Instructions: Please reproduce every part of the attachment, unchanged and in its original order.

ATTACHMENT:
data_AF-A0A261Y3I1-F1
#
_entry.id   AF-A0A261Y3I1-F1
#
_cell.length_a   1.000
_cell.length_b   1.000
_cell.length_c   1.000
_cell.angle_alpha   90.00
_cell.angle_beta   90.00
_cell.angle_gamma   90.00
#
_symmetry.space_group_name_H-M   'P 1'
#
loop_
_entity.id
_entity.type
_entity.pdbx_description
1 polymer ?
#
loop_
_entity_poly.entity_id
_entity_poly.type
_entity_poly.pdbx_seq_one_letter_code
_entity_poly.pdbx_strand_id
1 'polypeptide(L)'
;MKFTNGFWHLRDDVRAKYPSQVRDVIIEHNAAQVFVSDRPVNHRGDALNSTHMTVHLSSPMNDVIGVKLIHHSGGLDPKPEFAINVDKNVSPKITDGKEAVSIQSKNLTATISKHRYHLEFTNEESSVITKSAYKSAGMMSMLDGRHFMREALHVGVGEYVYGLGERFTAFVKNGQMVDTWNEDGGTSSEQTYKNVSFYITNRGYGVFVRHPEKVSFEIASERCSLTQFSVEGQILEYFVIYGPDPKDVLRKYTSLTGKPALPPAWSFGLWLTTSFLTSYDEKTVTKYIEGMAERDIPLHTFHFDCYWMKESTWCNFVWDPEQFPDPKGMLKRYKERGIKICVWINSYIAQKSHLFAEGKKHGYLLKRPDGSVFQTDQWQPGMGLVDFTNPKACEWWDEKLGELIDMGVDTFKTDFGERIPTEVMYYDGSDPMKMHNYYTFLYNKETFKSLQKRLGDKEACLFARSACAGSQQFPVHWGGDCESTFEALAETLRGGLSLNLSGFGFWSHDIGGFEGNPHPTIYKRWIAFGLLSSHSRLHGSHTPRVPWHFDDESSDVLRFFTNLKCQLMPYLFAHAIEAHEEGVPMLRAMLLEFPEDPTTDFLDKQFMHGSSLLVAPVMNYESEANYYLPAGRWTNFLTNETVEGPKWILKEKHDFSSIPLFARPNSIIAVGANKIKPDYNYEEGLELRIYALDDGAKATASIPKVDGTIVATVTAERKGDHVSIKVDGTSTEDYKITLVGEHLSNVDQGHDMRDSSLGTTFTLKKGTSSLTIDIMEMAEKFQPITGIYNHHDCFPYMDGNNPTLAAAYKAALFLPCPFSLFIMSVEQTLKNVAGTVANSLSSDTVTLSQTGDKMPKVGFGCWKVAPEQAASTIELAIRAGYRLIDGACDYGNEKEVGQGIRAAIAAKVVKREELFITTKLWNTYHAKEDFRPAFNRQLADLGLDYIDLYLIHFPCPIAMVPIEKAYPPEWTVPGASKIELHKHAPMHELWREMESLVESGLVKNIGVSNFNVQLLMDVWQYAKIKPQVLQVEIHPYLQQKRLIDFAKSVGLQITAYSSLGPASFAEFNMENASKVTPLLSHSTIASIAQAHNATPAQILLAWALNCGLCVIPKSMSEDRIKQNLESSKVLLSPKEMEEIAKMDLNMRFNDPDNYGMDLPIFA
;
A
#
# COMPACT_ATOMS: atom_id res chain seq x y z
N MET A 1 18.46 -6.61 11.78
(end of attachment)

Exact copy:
data_AF-A0A261Y3I1-F1
#
_entry.id   AF-A0A261Y3I1-F1
#
_cell.length_a   1.000
_cell.length_b   1.000
_cell.length_c   1.000
_cell.angle_alpha   90.00
_cell.angle_beta   90.00
_cell.angle_gamma   90.00
#
_symmetry.space_group_name_H-M   'P 1'
#
loop_
_entity.id
_entity.type
_entity.pdbx_description
1 polymer ?
#
loop_
_entity_poly.entity_id
_entity_poly.type
_entity_poly.pdbx_seq_one_letter_code
_entity_poly.pdbx_strand_id
1 'polypeptide(L)'
;MKFTNGFWHLRDDVRAKYPSQVRDVIIEHNAAQVFVSDRPVNHRGDALNSTHMTVHLSSPMNDVIGVKLIHHSGGLDPKPEFAINVDKNVSPKITDGKEAVSIQSKNLTATISKHRYHLEFTNEESSVITKSAYKSAGMMSMLDGRHFMREALHVGVGEYVYGLGERFTAFVKNGQMVDTWNEDGGTSSEQTYKNVSFYITNRGYGVFVRHPEKVSFEIASERCSLTQFSVEGQILEYFVIYGPDPKDVLRKYTSLTGKPALPPAWSFGLWLTTSFLTSYDEKTVTKYIEGMAERDIPLHTFHFDCYWMKESTWCNFVWDPEQFPDPKGMLKRYKERGIKICVWINSYIAQKSHLFAEGKKHGYLLKRPDGSVFQTDQWQPGMGLVDFTNPKACEWWDEKLGELIDMGVDTFKTDFGERIPTEVMYYDGSDPMKMHNYYTFLYNKETFKSLQKRLGDKEACLFARSACAGSQQFPVHWGGDCESTFEALAETLRGGLSLNLSGFGFWSHDIGGFEGNPHPTIYKRWIAFGLLSSHSRLHGSHTPRVPWHFDDESSDVLRFFTNLKCQLMPYLFAHAIEAHEEGVPMLRAMLLEFPEDPTTDFLDKQFMHGSSLLVAPVMNYESEANYYLPAGRWTNFLTNETVEGPKWILKEKHDFSSIPLFARPNSIIAVGANKIKPDYNYEEGLELRIYALDDGAKATASIPKVDGTIVATVTAERKGDHVSIKVDGTSTEDYKITLVGEHLSNVDQGHDMRDSSLGTTFTLKKGTSSLTIDIMEMAEKFQPITGIYNHHDCFPYMDGNNPTLAAAYKAALFLPCPFSLFIMSVEQTLKNVAGTVANSLSSDTVTLSQTGDKMPKVGFGCWKVAPEQAASTIELAIRAGYRLIDGACDYGNEKEVGQGIRAAIAAKVVKREELFITTKLWNTYHAKEDFRPAFNRQLADLGLDYIDLYLIHFPCPIAMVPIEKAYPPEWTVPGASKIELHKHAPMHELWREMESLVESGLVKNIGVSNFNVQLLMDVWQYAKIKPQVLQVEIHPYLQQKRLIDFAKSVGLQITAYSSLGPASFAEFNMENASKVTPLLSHSTIASIAQAHNATPAQILLAWALNCGLCVIPKSMSEDRIKQNLESSKVLLSPKEMEEIAKMDLNMRFNDPDNYGMDLPIFA
;
A
#
# COMPACT_ATOMS: atom_id res chain seq x y z
N MET A 1 18.46 -6.61 11.78